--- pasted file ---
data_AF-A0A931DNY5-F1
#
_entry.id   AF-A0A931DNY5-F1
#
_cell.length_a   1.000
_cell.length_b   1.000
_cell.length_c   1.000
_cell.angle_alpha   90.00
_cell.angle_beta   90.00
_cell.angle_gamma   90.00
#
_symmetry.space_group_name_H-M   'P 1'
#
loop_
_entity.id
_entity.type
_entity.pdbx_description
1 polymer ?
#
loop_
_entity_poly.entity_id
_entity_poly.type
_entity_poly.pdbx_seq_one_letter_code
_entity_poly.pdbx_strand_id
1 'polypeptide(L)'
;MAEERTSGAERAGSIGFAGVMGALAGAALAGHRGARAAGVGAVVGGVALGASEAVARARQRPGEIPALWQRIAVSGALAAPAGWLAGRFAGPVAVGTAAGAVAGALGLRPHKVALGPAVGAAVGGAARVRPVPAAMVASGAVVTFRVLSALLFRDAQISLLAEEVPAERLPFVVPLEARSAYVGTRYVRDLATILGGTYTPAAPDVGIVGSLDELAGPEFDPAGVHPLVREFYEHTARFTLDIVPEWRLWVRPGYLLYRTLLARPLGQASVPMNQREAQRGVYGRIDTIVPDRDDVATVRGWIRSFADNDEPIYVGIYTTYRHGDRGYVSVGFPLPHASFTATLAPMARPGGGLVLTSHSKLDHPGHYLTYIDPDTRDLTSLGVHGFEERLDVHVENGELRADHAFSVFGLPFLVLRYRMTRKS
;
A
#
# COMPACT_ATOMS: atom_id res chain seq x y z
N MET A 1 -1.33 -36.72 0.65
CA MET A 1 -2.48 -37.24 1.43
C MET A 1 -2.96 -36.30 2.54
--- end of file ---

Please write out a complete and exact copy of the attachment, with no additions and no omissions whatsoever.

data_AF-A0A931DNY5-F1
#
_entry.id   AF-A0A931DNY5-F1
#
_cell.length_a   1.000
_cell.length_b   1.000
_cell.length_c   1.000
_cell.angle_alpha   90.00
_cell.angle_beta   90.00
_cell.angle_gamma   90.00
#
_symmetry.space_group_name_H-M   'P 1'
#
loop_
_entity.id
_entity.type
_entity.pdbx_description
1 polymer ?
#
loop_
_entity_poly.entity_id
_entity_poly.type
_entity_poly.pdbx_seq_one_letter_code
_entity_poly.pdbx_strand_id
1 'polypeptide(L)'
;MAEERTSGAERAGSIGFAGVMGALAGAALAGHRGARAAGVGAVVGGVALGASEAVARARQRPGEIPALWQRIAVSGALAAPAGWLAGRFAGPVAVGTAAGAVAGALGLRPHKVALGPAVGAAVGGAARVRPVPAAMVASGAVVTFRVLSALLFRDAQISLLAEEVPAERLPFVVPLEARSAYVGTRYVRDLATILGGTYTPAAPDVGIVGSLDELAGPEFDPAGVHPLVREFYEHTARFTLDIVPEWRLWVRPGYLLYRTLLARPLGQASVPMNQREAQRGVYGRIDTIVPDRDDVATVRGWIRSFADNDEPIYVGIYTTYRHGDRGYVSVGFPLPHASFTATLAPMARPGGGLVLTSHSKLDHPGHYLTYIDPDTRDLTSLGVHGFEERLDVHVENGELRADHAFSVFGLPFLVLRYRMTRKS
;
A
#
# COMPACT_ATOMS: atom_id res chain seq x y z
N MET A 1 -1.33 -36.72 0.65
CA MET A 1 -2.48 -37.24 1.43
C MET A 1 -2.96 -36.30 2.54